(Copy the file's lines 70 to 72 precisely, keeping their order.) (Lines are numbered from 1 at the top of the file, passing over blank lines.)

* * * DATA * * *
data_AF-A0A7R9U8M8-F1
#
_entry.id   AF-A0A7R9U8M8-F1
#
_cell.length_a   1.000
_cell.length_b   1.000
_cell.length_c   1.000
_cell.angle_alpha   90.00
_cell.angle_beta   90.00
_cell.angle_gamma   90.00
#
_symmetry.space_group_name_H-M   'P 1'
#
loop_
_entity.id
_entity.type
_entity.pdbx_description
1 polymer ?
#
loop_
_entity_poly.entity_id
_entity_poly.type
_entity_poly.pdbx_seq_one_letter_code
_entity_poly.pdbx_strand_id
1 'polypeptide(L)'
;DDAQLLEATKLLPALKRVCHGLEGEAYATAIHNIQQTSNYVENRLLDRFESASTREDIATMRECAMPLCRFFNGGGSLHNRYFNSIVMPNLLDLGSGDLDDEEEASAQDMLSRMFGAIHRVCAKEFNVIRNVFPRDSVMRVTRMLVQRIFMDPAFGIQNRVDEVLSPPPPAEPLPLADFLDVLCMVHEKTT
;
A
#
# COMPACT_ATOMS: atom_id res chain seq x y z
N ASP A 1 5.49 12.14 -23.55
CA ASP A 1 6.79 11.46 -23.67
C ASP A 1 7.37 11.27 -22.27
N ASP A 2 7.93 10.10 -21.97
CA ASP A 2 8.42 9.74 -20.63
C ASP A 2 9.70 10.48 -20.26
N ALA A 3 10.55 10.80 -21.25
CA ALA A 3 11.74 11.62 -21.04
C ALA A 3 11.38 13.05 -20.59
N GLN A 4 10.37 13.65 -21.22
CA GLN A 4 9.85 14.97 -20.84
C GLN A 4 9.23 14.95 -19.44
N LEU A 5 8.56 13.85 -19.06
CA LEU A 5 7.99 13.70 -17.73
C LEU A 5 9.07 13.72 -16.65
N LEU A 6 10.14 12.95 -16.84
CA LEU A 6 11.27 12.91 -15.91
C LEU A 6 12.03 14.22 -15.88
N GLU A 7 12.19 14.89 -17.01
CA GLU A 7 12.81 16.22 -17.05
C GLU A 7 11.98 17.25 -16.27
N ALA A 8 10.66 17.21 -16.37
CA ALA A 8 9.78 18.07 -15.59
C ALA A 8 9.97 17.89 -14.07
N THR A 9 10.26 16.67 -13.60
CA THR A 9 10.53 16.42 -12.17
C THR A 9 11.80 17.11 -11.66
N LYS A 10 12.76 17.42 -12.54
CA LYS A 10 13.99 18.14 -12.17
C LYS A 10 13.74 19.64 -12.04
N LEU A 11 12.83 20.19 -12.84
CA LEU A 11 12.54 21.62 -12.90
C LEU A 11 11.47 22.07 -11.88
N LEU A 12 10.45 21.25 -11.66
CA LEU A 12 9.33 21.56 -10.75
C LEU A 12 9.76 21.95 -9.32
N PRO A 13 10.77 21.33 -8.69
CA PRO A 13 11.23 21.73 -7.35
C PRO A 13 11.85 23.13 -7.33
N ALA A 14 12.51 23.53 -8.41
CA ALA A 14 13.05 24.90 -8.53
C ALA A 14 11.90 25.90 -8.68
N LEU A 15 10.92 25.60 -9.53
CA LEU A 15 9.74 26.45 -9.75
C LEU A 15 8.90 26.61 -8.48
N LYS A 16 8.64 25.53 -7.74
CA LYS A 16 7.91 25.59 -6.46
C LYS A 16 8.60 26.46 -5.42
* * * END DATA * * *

N ALA A 14 12.51 23.53 -8.41
CA ALA A 14 13.05 24.90 -8.53
C ALA A 14 11.90 25.90 -8.68